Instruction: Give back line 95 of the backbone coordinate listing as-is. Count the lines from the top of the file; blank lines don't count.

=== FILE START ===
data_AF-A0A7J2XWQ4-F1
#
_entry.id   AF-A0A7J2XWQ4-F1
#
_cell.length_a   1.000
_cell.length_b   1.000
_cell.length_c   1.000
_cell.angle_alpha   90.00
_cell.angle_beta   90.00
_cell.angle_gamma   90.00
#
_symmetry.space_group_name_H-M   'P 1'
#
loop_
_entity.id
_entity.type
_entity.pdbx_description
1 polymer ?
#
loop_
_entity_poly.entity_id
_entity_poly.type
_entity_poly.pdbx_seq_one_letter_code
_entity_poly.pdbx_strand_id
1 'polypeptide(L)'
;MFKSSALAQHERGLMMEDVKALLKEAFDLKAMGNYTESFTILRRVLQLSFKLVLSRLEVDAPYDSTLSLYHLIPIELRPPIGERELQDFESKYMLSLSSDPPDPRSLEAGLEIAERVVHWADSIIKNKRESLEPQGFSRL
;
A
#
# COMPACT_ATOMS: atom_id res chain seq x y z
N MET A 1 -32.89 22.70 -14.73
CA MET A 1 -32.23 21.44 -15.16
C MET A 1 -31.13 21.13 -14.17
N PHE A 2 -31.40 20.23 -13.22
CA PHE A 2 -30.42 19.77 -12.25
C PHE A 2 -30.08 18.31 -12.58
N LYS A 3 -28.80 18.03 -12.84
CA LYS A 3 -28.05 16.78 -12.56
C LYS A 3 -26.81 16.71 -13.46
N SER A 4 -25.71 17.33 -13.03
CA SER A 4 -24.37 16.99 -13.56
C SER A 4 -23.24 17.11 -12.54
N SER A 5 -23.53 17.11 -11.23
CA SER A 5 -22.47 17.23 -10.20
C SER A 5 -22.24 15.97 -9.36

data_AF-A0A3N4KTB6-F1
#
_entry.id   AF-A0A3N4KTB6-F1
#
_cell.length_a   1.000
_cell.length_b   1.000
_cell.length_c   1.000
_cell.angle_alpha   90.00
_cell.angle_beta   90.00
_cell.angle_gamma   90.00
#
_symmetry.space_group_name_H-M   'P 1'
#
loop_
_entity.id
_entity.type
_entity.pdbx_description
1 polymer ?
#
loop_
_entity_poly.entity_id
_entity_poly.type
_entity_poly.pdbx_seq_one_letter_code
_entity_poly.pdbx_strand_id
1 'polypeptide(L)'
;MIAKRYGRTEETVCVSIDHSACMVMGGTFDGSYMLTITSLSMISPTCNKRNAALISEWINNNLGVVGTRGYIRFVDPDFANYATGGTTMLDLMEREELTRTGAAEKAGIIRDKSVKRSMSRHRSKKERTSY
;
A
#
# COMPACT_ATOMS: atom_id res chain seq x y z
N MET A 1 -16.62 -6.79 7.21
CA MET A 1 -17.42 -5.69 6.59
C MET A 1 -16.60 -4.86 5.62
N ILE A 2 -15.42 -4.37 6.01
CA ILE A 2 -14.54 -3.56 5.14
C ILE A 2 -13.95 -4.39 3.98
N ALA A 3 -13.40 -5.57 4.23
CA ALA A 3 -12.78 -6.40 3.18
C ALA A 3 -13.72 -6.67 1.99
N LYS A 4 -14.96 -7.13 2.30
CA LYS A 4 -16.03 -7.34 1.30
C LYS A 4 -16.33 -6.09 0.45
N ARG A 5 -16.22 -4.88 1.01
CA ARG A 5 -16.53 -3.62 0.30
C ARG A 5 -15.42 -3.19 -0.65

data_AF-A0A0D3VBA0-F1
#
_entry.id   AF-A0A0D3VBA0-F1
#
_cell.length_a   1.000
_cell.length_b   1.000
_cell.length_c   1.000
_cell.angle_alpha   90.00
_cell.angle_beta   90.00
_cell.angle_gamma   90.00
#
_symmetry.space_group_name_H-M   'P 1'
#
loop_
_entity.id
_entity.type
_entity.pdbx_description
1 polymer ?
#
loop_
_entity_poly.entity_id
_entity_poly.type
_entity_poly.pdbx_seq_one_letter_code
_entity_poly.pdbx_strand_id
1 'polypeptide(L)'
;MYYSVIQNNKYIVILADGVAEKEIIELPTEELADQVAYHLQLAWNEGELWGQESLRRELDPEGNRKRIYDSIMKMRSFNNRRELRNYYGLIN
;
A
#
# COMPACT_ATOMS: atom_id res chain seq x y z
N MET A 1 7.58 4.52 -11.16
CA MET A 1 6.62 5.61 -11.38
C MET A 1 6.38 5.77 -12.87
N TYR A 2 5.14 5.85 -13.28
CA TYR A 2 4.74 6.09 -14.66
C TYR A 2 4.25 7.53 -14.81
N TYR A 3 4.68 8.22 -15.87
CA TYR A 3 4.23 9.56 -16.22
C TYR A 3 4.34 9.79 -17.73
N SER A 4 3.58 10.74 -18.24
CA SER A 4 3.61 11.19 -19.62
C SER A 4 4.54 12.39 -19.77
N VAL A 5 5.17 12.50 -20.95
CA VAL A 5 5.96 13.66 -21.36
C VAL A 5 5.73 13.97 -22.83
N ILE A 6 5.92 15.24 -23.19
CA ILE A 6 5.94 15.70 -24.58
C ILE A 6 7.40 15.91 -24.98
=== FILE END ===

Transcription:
_cell.length_a   1.000